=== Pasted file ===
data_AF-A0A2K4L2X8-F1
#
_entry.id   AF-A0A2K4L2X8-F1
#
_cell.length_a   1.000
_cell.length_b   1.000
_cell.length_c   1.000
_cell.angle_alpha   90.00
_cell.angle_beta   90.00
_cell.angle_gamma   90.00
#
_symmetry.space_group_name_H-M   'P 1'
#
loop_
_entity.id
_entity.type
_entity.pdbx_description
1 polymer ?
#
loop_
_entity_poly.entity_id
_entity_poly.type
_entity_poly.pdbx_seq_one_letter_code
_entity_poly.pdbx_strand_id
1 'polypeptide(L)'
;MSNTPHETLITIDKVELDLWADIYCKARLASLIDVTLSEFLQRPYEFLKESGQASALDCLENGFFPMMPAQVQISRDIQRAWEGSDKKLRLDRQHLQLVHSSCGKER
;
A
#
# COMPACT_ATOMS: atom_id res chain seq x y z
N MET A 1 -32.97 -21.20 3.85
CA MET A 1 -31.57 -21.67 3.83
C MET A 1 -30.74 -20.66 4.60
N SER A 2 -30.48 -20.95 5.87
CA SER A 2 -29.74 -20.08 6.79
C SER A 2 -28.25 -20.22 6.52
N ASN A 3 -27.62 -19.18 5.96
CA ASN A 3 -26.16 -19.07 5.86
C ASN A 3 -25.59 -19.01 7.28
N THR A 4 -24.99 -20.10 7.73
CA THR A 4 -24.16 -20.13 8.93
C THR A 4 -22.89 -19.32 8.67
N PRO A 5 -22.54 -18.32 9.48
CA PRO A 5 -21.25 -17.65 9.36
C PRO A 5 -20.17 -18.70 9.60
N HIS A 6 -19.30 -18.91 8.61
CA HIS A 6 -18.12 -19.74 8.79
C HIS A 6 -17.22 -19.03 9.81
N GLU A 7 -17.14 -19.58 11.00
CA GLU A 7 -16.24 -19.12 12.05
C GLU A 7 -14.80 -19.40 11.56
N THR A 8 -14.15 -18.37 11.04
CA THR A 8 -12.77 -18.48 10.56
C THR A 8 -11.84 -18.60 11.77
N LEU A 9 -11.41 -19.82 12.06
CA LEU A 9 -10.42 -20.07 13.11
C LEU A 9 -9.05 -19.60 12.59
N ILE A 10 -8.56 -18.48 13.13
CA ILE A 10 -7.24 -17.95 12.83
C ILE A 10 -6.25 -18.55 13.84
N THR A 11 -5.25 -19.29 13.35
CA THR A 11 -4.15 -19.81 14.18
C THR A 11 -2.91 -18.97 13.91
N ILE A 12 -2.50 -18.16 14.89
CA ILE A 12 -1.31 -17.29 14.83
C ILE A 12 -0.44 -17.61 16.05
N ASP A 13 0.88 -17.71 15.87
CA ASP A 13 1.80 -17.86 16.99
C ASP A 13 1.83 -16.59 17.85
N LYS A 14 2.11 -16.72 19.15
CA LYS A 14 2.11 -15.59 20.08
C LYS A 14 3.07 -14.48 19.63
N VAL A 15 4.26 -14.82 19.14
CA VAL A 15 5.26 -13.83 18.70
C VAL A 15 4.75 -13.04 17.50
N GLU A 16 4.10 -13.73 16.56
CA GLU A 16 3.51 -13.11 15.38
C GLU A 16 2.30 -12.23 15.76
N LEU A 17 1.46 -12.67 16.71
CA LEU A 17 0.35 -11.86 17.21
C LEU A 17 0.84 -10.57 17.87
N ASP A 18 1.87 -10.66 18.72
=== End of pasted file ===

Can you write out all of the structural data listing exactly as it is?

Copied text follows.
data_AF-A0A2K4L2X8-F1
#
_entry.id   AF-A0A2K4L2X8-F1
#
_cell.length_a   1.000
_cell.length_b   1.000
_cell.length_c   1.000
_cell.angle_alpha   90.00
_cell.angle_beta   90.00
_cell.angle_gamma   90.00
#
_symmetry.space_group_name_H-M   'P 1'
#
loop_
_entity.id
_entity.type
_entity.pdbx_description
1 polymer ?
#
loop_
_entity_poly.entity_id
_entity_poly.type
_entity_poly.pdbx_seq_one_letter_code
_entity_poly.pdbx_strand_id
1 'polypeptide(L)'
;MSNTPHETLITIDKVELDLWADIYCKARLASLIDVTLSEFLQRPYEFLKESGQASALDCLENGFFPMMPAQVQISRDIQRAWEGSDKKLRLDRQHLQLVHSSCGKER
;
A
#
# COMPACT_ATOMS: atom_id res chain seq x y z
N MET A 1 -32.97 -21.20 3.85
CA MET A 1 -31.57 -21.67 3.83
C MET A 1 -30.74 -20.66 4.60
N SER A 2 -30.48 -20.95 5.87
CA SER A 2 -29.74 -20.08 6.79
C SER A 2 -28.25 -20.22 6.52
N ASN A 3 -27.62 -19.18 5.96
CA ASN A 3 -26.16 -19.07 5.86
C ASN A 3 -25.59 -19.01 7.28
N THR A 4 -24.99 -20.10 7.73
CA THR A 4 -24.16 -20.13 8.93
C THR A 4 -22.89 -19.32 8.67
N PRO A 5 -22.54 -18.32 9.48
CA PRO A 5 -21.25 -17.65 9.36
C PRO A 5 -20.17 -18.70 9.60
N HIS A 6 -19.30 -18.91 8.61
CA HIS A 6 -18.12 -19.74 8.79
C HIS A 6 -17.22 -19.03 9.81
N GLU A 7 -17.14 -19.58 11.00
CA GLU A 7 -16.24 -19.12 12.05
C GLU A 7 -14.80 -19.40 11.56
N THR A 8 -14.15 -18.37 11.04
CA THR A 8 -12.77 -18.48 10.56
C THR A 8 -11.84 -18.60 11.77
N LEU A 9 -11.41 -19.82 12.06
CA LEU A 9 -10.42 -20.07 13.11
C LEU A 9 -9.05 -19.60 12.59
N ILE A 10 -8.56 -18.48 13.13
CA ILE A 10 -7.24 -17.95 12.83
C ILE A 10 -6.25 -18.55 13.84
N THR A 11 -5.25 -19.29 13.35
CA THR A 11 -4.15 -19.81 14.18
C THR A 11 -2.91 -18.97 13.91
N ILE A 12 -2.50 -18.16 14.89
CA ILE A 12 -1.31 -17.29 14.83
C ILE A 12 -0.44 -17.61 16.05
N ASP A 13 0.88 -17.71 15.87
CA ASP A 13 1.80 -17.86 16.99
C ASP A 13 1.83 -16.59 17.85
N LYS A 14 2.11 -16.72 19.15
CA LYS A 14 2.11 -15.59 20.08
C LYS A 14 3.07 -14.48 19.63
N VAL A 15 4.26 -14.82 19.14
CA VAL A 15 5.26 -13.83 18.70
C VAL A 15 4.75 -13.04 17.50
N GLU A 16 4.10 -13.73 16.56
CA GLU A 16 3.51 -13.11 15.38
C GLU A 16 2.30 -12.23 15.76
N LEU A 17 1.46 -12.67 16.71
CA LEU A 17 0.35 -11.86 17.21
C LEU A 17 0.84 -10.57 17.87
N ASP A 18 1.87 -10.66 18.72